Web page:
Review: Since first pitching up on Jazzman in 2011, eight-piece psychedelic jazz combo The Greg Foat Group has caused something of a stir. This second album for the crate-digging specialists is every bit as good as their debut full length, Dark Is The Sun. At times, it sounds like Ennio Morricone and Harold Budd making loose jazz-breaks, at others an almighty freak-out in the company of Afro-busting Blaxploitation detectives. There are quietly beautiful moments ("Girl & Robot With Flowers Part 3"), straight-up late night jazz movements ("For Breath A Tarry", "Cast Adrift"), and breezy, vibraphone-heavy '60s grooves ("The Girl & Robot With Flowers Part 5"). Throughout, it's beautifully played and lovingly produced, with Foat's impeccable piano playing taking centre stage.
Review: Now here's something you don't see every day - a 1960s Norwegian psychedelic Christian rock album! Jazzman Records specialise in reissues of obscurities from the 60s and 70s and here they've really excelled themselves. The story goes that, having noticed that the kids were turning their back on Christianity in favour of Rock 'n' Roll, Oslo priest Olaf Hillestad began combining jazz, folk and er, church music in order to win 'the kids' over. Thus, That's Why was born. The album is a surprise as, if you're looking for classy, quirky folk similar to the soundtrack of The Wicker Man you're in luck. If you're looking for a Christian fix too however, it might be wise to employ a translator!
Review: Billed perfectly as a mix of "esoteric, modal and deep jazz from the European underground", this follow up to Jazzman's 2008 collection of Spiritual Jazz focuses on the wilder side of the art form between the years 1960 and 1978. Starting with the bop-meets-choral beauty of "Communion" by Erich Kleinschuster, much of the meditative music on offer simply shimmers. The eastern/Balkan riffola on Michael Garrick's "Temple Dance", the scratchy funk of Barney Wilson's "Africa Freakout" and the cinematic wash of Heikki Saramanto's "Duke & Trane" are just some of the highlights from this heavenly and very essential 11-track collection.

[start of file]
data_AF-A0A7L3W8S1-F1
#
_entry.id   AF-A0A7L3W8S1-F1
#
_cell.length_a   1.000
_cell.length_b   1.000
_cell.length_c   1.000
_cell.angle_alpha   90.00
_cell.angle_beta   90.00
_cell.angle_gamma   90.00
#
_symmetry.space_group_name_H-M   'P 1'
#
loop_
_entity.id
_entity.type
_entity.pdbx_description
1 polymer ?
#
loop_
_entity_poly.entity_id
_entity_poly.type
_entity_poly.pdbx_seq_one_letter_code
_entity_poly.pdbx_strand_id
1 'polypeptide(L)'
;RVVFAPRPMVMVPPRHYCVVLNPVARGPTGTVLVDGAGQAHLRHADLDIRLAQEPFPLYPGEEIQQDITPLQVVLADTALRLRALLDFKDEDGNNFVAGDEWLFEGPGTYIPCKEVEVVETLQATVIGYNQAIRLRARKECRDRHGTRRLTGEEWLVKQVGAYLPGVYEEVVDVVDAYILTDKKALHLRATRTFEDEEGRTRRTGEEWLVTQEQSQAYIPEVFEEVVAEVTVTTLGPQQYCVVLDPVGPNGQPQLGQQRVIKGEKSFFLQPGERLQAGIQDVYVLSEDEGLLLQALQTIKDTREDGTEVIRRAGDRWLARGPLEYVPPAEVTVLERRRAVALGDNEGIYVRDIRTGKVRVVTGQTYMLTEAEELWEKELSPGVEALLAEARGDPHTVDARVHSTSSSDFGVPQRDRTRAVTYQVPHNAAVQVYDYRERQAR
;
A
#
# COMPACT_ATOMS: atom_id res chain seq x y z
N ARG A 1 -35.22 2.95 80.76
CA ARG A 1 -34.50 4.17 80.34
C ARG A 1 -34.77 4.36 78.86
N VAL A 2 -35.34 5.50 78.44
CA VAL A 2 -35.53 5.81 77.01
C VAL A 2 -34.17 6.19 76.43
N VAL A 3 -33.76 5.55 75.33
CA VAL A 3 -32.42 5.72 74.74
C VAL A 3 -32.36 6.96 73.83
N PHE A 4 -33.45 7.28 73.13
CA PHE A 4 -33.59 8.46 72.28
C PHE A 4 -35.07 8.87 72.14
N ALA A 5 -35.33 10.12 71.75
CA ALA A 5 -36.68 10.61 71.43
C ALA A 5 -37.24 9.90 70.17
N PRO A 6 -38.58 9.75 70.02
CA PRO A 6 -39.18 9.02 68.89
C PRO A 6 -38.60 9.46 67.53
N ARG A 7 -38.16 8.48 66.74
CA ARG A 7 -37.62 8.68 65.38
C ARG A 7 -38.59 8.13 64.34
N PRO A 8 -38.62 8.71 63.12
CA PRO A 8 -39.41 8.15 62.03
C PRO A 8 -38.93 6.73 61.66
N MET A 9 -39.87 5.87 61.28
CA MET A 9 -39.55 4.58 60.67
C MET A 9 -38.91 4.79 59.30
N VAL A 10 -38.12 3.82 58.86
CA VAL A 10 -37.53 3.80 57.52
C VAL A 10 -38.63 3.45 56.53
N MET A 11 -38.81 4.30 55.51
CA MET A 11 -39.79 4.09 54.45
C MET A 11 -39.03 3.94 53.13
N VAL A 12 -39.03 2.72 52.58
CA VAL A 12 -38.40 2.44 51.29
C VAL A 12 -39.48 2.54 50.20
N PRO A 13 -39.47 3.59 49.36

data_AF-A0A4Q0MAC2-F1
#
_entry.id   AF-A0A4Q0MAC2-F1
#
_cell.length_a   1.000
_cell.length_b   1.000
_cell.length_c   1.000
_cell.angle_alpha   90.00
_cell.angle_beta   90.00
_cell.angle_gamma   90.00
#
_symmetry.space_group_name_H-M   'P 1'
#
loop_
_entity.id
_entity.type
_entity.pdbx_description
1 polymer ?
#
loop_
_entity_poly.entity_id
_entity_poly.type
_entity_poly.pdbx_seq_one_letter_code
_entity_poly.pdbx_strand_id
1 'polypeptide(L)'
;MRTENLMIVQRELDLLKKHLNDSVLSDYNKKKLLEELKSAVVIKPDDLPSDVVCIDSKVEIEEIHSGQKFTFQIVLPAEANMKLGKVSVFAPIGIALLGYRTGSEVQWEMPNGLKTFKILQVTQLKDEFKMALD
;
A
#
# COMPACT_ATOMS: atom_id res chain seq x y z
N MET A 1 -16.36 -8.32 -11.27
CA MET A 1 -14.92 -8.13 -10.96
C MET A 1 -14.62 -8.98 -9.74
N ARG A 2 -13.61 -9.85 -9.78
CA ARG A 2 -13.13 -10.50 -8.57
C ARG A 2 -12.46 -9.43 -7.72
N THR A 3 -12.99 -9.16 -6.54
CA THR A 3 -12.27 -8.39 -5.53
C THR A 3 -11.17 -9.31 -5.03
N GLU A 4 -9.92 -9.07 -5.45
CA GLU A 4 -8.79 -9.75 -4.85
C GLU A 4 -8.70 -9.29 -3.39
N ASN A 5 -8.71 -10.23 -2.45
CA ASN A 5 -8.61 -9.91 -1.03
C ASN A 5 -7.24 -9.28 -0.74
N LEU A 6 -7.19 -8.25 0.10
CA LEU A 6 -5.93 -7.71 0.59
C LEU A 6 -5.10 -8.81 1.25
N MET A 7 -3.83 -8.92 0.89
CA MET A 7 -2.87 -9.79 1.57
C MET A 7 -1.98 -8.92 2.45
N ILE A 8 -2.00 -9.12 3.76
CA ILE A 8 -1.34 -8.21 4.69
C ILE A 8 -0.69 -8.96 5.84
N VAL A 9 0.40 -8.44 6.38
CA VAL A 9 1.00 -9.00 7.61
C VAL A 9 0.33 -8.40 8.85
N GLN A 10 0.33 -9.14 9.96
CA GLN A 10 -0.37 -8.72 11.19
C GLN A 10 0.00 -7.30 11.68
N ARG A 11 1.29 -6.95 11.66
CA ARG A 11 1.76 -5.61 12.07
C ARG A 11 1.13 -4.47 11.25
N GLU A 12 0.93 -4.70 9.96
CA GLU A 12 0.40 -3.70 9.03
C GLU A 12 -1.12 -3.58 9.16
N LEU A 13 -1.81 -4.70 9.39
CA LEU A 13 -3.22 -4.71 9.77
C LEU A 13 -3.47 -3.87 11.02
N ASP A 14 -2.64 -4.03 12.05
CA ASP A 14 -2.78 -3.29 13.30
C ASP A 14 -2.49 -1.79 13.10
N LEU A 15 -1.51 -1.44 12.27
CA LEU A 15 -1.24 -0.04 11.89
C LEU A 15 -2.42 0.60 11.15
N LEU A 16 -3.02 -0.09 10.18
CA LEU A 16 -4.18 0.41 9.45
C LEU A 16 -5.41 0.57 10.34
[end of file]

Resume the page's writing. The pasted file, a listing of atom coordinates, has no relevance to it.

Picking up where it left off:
Review: A lost treasure from 1974, this exquisite re-release from Jazzman showcases the incredible Cali-funk and psychedelic soul of Gold. After initially intending just to re-release single "What About The Child", the Jazzman team set about trying to relocate the tapes of the whole album, which miraculously turned up in a shed in Las Vegas. Such efforts were clearly worth it, as the tight and ebullient funk of songs like "If You Can Dance", "Plastic Lady" and "Ain't That Funky Enough" sit right alongside the best of Bootsy, Earth Wind And Fire and The Temptations.
Review: As any hardcore funk collector would tell you, Barbados-based Blue Rhythm Combo produced some seriously heavy records in the early 1970s. Between 1971 and 1975, they produced two albums for the obscure Merrydisc label and a smattering of blistering singles. This six-track collection from self-confessed vinyl geeks Jazzman gathers together some of their best work in one handy download package. There's much to enjoy, from the party-friendly horns and rhythms of "Get Down" to the laidback grooves of "Sister Jeanie". Sadly, their crazy cover of Paul Simon's "Mother & Child Reunion" is missing, but you can't have everything.
Review: An incredibly lush collection from Jazzman, who have crystalised the best of French jazz/funk pianist and band leader Jef Gilson into this excellent new compilation. Straddling all manner of genres, Gilson's career stretches from vibes-laden hard-bop ("Valse Pour Helene") to esoteric riffage a la Brubeck ("Accueil") and gorgeous and Axelrod-esque choral vocals ("Un Pas, Deux Pas, Cent Pas"). Also worth checking out is the murky, tense funk of "Espagnolade" and the magnificent, 11 minutes+ version of Pharaoh Sanders' "The Creator Has A Masterplan". This is a faultless collection of a much under-appreciated man's work, and might just be one of our favourite reissues of the year so far.
Review: Recorded on a small Californian label in 1977, Terea were a supremely soulful, proto-boogie outfit put together to bolster the vocal talents of Sharon Robinson (who later went on to work with Leonard Cohen, Patti Labelle and Bettye LaVette). This wonderful excavation by Jazzman gives the full Terea album a proper release and it's a marvel - from the fusion/boogie classic "Pretty Bird", the rock-funk of "One & Only", the West Coast whimsy of "Try Harder" and the closing Steely Dan/Randy Newman swing of "Good Company". An obscure gem of an album that thoroughly deserves a renaissance.